AC: I understand the center also works to help other medical professionals to address health disparities.

JC: Yes, that’s an important part of our mission. For example, we have worked with PERSAD Center to develop materials — including a video featuring five LGBT youth who talk about their own trauma experiences — to help medical professionals create a more safe and welcoming environment for youth who have experienced trauma. We have developed written materials to help professionals think more carefully about creating safer environments. There are also webinars available via The National Child Traumatic Stress Network’s online learning center including one on teen sexual assault that includes the parent of one of my patients who was sexually assaulted after coming out as being LGBTQ.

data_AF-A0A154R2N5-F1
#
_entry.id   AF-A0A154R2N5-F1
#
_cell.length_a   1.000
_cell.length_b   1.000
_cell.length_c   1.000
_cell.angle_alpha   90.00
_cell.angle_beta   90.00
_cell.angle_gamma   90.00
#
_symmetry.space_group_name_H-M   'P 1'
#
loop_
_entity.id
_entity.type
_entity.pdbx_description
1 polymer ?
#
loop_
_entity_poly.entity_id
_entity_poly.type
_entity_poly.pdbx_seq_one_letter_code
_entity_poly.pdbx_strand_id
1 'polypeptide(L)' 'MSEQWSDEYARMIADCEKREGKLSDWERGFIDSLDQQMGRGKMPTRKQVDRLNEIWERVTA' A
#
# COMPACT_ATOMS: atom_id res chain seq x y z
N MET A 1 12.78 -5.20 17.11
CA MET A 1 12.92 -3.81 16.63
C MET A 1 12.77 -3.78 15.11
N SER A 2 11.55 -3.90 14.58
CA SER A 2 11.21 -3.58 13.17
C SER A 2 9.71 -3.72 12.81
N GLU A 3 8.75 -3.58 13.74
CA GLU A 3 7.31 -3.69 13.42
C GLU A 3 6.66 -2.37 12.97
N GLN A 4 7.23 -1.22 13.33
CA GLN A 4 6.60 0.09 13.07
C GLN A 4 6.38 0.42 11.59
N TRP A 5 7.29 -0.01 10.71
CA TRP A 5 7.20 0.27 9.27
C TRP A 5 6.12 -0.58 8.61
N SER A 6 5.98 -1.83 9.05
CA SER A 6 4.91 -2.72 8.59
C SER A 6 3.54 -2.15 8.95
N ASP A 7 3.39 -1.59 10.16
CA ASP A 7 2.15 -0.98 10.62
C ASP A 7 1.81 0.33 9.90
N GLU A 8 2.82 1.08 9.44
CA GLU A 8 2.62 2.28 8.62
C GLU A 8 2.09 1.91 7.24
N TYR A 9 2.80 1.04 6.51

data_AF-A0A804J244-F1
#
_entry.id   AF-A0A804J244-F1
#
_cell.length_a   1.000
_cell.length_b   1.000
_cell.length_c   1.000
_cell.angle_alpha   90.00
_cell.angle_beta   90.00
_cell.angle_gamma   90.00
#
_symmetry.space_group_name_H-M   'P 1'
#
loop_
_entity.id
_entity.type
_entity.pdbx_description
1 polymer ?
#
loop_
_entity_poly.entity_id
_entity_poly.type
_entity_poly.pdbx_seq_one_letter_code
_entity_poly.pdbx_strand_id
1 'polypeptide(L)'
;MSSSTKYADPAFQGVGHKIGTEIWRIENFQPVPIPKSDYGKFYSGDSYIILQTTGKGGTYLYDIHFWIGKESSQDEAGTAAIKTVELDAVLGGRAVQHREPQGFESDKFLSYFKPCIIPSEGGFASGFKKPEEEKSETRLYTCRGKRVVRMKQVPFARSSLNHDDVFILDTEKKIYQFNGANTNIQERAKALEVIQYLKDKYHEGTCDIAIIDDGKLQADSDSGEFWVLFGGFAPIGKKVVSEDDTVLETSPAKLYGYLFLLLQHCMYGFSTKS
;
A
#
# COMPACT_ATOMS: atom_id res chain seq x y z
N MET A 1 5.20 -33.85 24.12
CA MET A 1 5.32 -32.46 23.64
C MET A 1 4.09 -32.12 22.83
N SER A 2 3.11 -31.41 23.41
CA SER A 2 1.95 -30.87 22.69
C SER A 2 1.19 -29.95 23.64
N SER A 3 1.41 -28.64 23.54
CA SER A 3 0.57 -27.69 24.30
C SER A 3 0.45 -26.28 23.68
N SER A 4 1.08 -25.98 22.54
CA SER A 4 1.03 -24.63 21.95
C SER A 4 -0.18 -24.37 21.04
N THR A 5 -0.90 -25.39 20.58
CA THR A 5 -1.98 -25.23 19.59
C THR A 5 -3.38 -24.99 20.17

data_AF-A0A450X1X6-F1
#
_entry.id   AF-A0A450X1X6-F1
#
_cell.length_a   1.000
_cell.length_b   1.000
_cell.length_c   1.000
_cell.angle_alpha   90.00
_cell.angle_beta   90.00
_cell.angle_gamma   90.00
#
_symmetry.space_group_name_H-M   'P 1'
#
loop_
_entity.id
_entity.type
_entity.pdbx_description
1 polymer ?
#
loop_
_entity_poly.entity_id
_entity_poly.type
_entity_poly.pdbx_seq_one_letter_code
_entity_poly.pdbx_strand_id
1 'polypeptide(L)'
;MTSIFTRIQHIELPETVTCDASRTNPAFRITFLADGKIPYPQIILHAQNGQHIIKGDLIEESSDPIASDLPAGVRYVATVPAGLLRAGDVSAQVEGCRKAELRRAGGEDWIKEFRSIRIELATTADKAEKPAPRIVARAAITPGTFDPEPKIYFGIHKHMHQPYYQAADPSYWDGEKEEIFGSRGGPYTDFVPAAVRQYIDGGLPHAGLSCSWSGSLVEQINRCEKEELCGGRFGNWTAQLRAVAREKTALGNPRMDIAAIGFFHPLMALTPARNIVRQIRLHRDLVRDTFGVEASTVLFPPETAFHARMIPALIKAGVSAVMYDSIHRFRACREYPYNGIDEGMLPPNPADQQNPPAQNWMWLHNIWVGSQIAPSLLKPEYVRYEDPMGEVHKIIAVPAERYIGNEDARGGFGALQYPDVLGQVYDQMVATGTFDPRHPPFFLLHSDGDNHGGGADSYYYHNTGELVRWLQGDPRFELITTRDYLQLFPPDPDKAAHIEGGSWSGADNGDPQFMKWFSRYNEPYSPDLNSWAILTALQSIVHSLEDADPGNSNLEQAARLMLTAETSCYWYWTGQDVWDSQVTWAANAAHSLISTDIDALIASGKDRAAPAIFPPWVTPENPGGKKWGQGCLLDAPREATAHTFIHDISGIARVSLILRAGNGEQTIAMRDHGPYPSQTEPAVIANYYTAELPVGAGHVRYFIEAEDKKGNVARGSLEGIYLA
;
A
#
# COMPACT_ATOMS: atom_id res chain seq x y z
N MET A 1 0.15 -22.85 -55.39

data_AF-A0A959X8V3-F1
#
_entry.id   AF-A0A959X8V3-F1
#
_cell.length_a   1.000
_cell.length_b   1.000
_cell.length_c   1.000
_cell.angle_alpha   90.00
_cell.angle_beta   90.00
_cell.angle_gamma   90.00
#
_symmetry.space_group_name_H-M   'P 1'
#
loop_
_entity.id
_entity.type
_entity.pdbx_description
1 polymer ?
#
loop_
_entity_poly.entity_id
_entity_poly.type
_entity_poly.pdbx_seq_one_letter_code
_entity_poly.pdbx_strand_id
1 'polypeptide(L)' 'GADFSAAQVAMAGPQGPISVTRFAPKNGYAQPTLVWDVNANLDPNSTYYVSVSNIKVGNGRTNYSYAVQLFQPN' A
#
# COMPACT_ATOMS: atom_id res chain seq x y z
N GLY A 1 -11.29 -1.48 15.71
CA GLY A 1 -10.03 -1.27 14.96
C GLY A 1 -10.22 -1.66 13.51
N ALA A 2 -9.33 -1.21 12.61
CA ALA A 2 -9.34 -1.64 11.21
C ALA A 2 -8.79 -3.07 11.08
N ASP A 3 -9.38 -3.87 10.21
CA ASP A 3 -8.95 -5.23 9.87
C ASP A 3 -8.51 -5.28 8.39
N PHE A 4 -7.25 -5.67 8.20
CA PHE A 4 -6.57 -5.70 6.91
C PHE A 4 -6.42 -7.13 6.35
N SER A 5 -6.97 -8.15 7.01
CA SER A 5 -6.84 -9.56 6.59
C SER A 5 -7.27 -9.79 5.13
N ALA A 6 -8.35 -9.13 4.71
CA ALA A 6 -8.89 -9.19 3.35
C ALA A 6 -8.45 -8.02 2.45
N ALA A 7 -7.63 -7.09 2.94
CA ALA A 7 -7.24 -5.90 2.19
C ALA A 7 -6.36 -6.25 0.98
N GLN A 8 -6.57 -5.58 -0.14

A Personal Connection to the Cause

AC: It’s easy to see that you’re an advocate for young LGBTQ people who are trying to overcome a traumatic experience. How did this become an area of focus for you as a doctor?

JC: I started training in pediatrics but found that what I liked best was talking to kids and parents. During my psychiatric and child psychiatric residency, two new diagnoses were introduced that hadn’t previously existed: post-traumatic stress disorder (PTSD) and AIDS. Both have significantly shaped my vision and my career.